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Megyn Kelly: Settle For More

A celebrity memoir has to do three things.  1) Cover the well-known aspects of their professional career from an insider's perspective.  That's the real reason I read these books.  2) Inject some unexpected stuff that I didn't even know I wanted to hear about.  3) Fit in the personal details without boring the hell out of me.

 

This audiobook did exactly that.  She covers the 1st Republican debate where she cut into Trump and he cut back for the next YEAR.  It is really interesting to hear her years of interactions with Trump prior to him being elected.  

 

She reveals tons of Fox News insider information.  Her relationship with Jon Stewart.  Bill O'Reilly.  Katie Couric.  Brit Hume.  How she loves Oprah.  This book was written pre-NBC and her firing.  And it is really interesting to hear her journalistic philosophy, views of feminism, outrage culture, her personal life, and personal ambition given her firing a few years later.  Knowing her future, this book works really well.  Plus she is a great speaker and this is an audiobook.

 

I enjoy listening to these types of books about people that so many people hate.  Megyn Kelly holds a special place in my heart because she's hated by both liberals and conservatives.  That, in my view, is a positive indicator that she's not some tribal asshole.  After listening to her book, I'd say that's right.

 

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  • 1 year later...

This thread's been dead for too long. 

 

No Rules Rules: Netflix and the Culture of Reinvention by Reed Hastings + Erin Meyer. I'm only about a third in and it's been a damned challenging book for me as a manager. The feedback structure? I can learn from that. Laying off anyone average + hiring guidelines? We already have a 'no jerks' rule that's critical for us in hiring. But the other part is tougher to digest. 

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7 hours ago, dogbert said:

This thread's been dead for too long. 

 

No Rules Rules: Netflix and the Culture of Reinvention by Reed Hastings + Erin Meyer. I'm only about a third in and it's been a damned challenging book for me as a manager. The feedback structure? I can learn from that. Laying off anyone average + hiring guidelines? We already have a 'no jerks' rule that's critical for us in hiring. But the other part is tougher to digest. 

Which part, laying off anyone average? I challenge my leaders everyday to ask themselves who is the lowest performer on my team and how can I change that. If you go multiple weeks and the same name comes up over and over either you are not a good leader or they need to go. It’s not easy to do. Laying off people sucks. This week I had to take people management responsibility off someone, didn’t touch their pay, because they are a much better engineer than a people leader. They fell into what I call buddy manager role. That’s a fine role to be in if the team performs consistently, but this one didn’t.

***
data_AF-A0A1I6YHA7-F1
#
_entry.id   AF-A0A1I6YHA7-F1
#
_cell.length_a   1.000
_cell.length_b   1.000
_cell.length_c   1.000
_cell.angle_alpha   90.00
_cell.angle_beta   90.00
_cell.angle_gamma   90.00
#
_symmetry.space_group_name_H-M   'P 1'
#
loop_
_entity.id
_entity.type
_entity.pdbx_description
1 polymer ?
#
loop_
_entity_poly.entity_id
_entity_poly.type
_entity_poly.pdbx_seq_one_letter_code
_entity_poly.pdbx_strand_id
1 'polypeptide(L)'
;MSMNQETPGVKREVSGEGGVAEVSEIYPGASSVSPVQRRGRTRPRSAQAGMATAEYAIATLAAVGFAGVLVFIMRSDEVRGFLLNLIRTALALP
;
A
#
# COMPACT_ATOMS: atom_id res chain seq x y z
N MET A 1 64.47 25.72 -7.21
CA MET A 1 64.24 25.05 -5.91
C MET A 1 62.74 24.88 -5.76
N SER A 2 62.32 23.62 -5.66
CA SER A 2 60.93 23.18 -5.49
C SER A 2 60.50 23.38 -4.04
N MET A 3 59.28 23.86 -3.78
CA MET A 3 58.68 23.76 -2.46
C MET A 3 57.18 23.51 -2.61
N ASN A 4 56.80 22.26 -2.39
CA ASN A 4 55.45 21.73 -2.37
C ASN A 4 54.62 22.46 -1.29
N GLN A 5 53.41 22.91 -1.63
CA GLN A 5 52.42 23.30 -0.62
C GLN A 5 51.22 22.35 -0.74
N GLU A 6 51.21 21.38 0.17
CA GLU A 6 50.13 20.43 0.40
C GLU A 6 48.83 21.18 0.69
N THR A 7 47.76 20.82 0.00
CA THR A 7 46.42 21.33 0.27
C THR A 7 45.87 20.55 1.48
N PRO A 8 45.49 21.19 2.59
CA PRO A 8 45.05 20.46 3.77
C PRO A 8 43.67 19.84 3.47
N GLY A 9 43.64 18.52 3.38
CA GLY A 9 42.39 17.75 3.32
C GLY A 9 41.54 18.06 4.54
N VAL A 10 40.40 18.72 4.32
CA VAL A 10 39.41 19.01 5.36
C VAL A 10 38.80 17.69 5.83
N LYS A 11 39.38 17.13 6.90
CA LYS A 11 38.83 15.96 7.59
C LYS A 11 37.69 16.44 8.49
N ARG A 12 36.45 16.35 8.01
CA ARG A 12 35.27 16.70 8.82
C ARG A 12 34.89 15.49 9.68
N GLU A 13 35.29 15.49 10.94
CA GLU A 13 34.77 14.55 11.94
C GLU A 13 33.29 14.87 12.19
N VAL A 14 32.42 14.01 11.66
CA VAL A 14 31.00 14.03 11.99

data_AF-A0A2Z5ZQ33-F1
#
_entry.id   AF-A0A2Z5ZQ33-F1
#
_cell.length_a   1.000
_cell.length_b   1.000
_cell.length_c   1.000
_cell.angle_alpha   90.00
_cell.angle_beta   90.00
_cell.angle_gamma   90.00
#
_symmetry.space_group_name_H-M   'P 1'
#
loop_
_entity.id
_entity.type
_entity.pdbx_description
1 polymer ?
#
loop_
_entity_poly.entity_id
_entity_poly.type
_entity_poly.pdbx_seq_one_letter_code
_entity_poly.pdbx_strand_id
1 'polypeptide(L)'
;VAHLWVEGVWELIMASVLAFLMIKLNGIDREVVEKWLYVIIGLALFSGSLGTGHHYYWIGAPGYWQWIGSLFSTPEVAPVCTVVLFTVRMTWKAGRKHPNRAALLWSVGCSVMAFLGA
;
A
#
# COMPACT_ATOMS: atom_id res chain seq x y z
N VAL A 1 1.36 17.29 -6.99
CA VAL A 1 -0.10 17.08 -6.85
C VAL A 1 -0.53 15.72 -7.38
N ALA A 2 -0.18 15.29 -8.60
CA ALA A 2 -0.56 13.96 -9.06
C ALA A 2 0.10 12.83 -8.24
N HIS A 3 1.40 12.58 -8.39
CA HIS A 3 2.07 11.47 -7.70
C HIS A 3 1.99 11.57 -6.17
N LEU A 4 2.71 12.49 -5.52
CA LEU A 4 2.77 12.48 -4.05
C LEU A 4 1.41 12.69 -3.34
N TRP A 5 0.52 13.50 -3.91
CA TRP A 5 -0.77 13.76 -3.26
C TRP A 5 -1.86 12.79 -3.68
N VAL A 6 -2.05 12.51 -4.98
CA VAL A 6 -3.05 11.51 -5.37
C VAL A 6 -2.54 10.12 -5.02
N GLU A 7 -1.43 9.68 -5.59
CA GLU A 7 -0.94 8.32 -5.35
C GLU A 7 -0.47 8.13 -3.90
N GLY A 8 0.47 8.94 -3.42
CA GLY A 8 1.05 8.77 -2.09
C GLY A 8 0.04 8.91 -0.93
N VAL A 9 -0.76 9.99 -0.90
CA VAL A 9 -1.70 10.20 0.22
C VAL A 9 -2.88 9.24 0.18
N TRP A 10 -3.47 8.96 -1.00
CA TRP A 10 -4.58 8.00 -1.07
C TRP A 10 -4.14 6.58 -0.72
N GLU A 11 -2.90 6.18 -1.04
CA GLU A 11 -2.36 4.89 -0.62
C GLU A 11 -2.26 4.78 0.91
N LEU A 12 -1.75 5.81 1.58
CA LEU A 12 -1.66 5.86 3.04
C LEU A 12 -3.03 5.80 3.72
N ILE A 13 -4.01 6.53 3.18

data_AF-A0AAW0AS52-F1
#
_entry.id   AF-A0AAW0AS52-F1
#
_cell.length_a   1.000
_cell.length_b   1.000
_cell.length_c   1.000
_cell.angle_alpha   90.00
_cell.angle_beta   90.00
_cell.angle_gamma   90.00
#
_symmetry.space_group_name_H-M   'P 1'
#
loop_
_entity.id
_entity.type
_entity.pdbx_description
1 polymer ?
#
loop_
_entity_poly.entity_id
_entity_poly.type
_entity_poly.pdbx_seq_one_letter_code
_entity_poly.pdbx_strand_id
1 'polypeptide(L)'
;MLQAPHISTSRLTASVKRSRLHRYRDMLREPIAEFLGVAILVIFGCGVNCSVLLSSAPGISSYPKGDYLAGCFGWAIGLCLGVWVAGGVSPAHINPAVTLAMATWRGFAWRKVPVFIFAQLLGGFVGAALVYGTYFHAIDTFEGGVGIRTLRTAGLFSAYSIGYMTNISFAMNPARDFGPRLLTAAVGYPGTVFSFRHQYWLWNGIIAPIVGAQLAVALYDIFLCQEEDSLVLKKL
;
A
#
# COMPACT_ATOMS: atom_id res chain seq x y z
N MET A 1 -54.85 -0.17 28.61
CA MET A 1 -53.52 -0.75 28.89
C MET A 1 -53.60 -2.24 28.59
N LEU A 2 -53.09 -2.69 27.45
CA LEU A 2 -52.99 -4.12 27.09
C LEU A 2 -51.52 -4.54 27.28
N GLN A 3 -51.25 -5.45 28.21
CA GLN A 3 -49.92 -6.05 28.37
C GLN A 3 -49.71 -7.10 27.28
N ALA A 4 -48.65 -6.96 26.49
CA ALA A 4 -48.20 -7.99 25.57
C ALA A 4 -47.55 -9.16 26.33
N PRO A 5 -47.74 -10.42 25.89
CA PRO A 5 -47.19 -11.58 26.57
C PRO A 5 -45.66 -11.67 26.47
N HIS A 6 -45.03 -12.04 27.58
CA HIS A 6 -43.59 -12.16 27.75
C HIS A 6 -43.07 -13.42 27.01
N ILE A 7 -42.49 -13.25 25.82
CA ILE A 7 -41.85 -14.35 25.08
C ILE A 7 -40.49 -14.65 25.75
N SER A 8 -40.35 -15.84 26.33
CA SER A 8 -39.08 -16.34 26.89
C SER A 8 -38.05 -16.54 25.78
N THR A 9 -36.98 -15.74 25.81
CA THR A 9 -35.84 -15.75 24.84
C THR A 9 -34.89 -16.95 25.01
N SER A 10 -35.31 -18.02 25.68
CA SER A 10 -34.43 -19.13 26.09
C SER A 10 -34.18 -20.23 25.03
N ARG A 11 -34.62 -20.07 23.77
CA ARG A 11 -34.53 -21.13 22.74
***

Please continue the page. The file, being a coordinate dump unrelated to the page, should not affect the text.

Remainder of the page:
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Yeah the laying off anyone deemed "average" is the part that's tough to digest + imagine implementing. Of course we push people to grow + improve, but that's not the same as actually laying people off. 

 

Here's the "bullet point" summary about this, for people that don't know the policy: 

1X7TRfM.png

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I'm readying the same book! It's actually made me curious enough to investigate work opportunities there, if anything more of a "how long would I last there?" but also the pay (which I've have confirmed with friends inside). Facebook does something similar, you end up in a pool of "needs an assignment" and if you don't get picked in a certain time window you are also laid off.

 

The negative part I can see is the incentive to always "let go off someone" even if you have achieved a high bar as a group already, with social dynamics playing into the "I won't be seen as doing my manager job properly" - however, it looks like their turnover rates are not much different than other tech companies so the balance must be kinda working. The part about paying "top of the market rate" I think also a big incentive that goes hand in hand with this - again part of balancing the equation here.

 

It's the kinda thing however that I think helps knowing upfront - it seems it goes together with the open feedback at all times concept and having the expectation that you can be let go up front. I imagine this is terribly difficult to achieve (if not impossible) on an individual group/team basis - this would need to be company wide with a hard cutoff transition line where top levels say "After this date, this are the new expectations, company wide". However without the top market pay rate incentive - I just see employee turnover rate spiking.

 

 

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I've been reading Ken Williams' new book about Sierra, Not all Fairytales have Happy Endings (https://www.lulu.com/en/us/shop/ken-williams/not-all-fairy-tales-have-happy-endings/ebook/product-ejqnz7.html?page=1&pageSize=4). It's part history of Sierra On-line, part autobiography (although not much), and part a look into how the business was run, but it's an interesting look at a company that made a huge impact in gaming.  There are definitely a lot of "what if" moments that you can look at and wonder what might have happened had something changed, particularly around the mid-late 90s collapse of the company.  It's also got some good material on TSN/INN (their networking service from the early 90s), which had some pretty groundbreaking ideas.